My thoughts:

I expected more or less or something different anyway from this book. I guess I hoped for more discussion of the lies and what is really true. I like that kind of thing. While there is a good measure of that, it felt like more than half of every chapter was reviews of textbooks. Textbooks that were heinously boring when I didn’t actually read it in high school. And now I have to read excerpts of it while this guy explains why they’re boring and bad.

Maybe the problem is I already teach all the sides of every story in my history classes and encourage a healthy debate, so he was preaching to the choir?

It’s a good read if you don’t mind skimming a bit.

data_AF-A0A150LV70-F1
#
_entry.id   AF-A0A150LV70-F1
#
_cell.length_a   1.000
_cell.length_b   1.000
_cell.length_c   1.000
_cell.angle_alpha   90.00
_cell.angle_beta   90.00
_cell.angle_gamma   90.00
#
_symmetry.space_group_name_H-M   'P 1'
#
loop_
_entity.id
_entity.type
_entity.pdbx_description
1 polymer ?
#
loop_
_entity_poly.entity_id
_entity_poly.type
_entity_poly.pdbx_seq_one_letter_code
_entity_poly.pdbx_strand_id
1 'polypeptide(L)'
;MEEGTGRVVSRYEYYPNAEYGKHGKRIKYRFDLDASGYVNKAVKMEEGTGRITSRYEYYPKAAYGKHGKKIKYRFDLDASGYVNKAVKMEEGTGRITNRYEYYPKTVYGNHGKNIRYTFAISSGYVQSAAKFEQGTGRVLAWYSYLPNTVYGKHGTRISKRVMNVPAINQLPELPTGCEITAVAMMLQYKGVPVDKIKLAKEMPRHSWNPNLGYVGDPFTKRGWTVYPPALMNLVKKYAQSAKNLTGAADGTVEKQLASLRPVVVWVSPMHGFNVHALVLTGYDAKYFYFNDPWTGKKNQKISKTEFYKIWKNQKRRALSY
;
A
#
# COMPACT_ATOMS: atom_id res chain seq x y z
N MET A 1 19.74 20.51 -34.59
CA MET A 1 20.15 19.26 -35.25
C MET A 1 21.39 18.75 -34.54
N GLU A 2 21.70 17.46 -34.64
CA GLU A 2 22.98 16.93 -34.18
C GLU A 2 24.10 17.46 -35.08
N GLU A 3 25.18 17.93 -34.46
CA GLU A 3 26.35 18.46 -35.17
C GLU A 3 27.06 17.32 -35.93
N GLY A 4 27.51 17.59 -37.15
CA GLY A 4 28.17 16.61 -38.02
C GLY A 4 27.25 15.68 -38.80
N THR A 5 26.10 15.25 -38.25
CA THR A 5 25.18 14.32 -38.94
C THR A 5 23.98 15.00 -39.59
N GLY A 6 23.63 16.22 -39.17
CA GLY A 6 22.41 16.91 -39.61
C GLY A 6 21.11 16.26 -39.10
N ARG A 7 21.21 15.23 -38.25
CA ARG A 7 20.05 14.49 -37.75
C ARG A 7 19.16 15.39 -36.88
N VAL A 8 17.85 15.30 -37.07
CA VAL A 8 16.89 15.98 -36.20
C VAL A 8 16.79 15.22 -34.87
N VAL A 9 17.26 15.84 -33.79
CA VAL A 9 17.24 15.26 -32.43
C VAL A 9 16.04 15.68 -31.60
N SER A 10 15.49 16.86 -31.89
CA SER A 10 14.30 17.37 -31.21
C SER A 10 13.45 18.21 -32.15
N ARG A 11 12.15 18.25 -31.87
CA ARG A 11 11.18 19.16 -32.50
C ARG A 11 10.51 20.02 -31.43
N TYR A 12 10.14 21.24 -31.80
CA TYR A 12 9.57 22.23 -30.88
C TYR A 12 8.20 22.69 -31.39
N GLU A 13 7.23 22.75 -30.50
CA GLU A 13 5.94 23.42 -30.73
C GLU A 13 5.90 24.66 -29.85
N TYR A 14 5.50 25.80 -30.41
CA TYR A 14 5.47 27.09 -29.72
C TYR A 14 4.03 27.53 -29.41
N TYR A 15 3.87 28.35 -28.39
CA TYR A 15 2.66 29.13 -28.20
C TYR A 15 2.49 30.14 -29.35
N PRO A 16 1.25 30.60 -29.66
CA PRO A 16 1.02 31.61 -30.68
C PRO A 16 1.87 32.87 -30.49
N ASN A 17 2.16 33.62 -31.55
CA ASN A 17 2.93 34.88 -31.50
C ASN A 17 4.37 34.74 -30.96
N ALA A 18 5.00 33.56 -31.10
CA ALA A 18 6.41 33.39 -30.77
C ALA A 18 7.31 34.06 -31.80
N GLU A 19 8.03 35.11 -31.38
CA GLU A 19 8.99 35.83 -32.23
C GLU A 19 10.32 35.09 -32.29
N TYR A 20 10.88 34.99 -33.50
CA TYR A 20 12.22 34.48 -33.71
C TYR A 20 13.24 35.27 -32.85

Book Review: Word by Word

I get it, I have an odd reading penchant. Word by Word, the Secret Life of Dictionaries by Kory Stamper is an excellent example of my need to know something about everything. Oooh a book on lexicography, I know jack all about lexicography, I should read that.

Basic Summary(Courtesy of Amazon):

Many of us take dictionaries for granted, and few may realize that the process of writing dictionaries is, in fact, as lively and dynamic as language itself. With sharp wit and irreverence, Kory Stamper cracks open the complex, obsessive world of lexicography, from the agonizing decisions about what to define and how to do it, to the knotty questions of usage in an ever-changing language. She explains why small words are the most difficult to define, how it can take nine months to define a single word, and how our biases about language and pronunciation can have tremendous social influence. And along the way, she reveals little-known surprises—for example, the fact that “OMG” was first used in a letter to Winston Churchill in 1917.